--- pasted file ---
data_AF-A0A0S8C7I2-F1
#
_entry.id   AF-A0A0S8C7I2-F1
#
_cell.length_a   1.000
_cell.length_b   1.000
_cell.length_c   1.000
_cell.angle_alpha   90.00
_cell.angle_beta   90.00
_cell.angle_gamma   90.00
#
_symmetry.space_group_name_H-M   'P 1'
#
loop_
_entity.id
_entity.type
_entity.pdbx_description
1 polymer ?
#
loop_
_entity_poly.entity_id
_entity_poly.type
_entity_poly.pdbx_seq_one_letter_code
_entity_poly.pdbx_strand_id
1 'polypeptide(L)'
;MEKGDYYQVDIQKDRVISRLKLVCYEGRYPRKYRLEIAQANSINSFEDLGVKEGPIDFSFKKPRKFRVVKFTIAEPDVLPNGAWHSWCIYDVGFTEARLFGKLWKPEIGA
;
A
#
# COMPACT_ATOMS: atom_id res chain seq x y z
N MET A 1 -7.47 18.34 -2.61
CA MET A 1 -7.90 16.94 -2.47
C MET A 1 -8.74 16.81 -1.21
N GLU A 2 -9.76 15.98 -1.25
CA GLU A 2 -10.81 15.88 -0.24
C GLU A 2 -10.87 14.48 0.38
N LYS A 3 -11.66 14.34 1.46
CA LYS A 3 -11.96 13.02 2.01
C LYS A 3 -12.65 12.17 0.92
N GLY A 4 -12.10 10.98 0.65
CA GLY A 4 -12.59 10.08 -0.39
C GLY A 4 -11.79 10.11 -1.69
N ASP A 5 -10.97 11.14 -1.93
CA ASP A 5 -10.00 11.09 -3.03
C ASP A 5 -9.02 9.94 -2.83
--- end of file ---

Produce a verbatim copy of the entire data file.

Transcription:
data_AF-A0A0S8C7I2-F1
#
_entry.id   AF-A0A0S8C7I2-F1
#
_cell.length_a   1.000
_cell.length_b   1.000
_cell.length_c   1.000
_cell.angle_alpha   90.00
_cell.angle_beta   90.00
_cell.angle_gamma   90.00
#
_symmetry.space_group_name_H-M   'P 1'
#
loop_
_entity.id
_entity.type
_entity.pdbx_description
1 polymer ?
#
loop_
_entity_poly.entity_id
_entity_poly.type
_entity_poly.pdbx_seq_one_letter_code
_entity_poly.pdbx_strand_id
1 'polypeptide(L)'
;MEKGDYYQVDIQKDRVISRLKLVCYEGRYPRKYRLEIAQANSINSFEDLGVKEGPIDFSFKKPRKFRVVKFTIAEPDVLPNGAWHSWCIYDVGFTEARLFGKLWKPEIGA
;
A
#
# COMPACT_ATOMS: atom_id res chain seq x y z
N MET A 1 -7.47 18.34 -2.61
CA MET A 1 -7.90 16.94 -2.47
C MET A 1 -8.74 16.81 -1.21
N GLU A 2 -9.76 15.98 -1.25
CA GLU A 2 -10.81 15.88 -0.24
C GLU A 2 -10.87 14.48 0.38
N LYS A 3 -11.66 14.34 1.46
CA LYS A 3 -11.96 13.02 2.01
C LYS A 3 -12.65 12.17 0.92
N GLY A 4 -12.10 10.98 0.65
CA GLY A 4 -12.59 10.08 -0.39
C GLY A 4 -11.79 10.11 -1.69
N ASP A 5 -10.97 11.14 -1.93
CA ASP A 5 -10.00 11.09 -3.03
C ASP A 5 -9.02 9.94 -2.83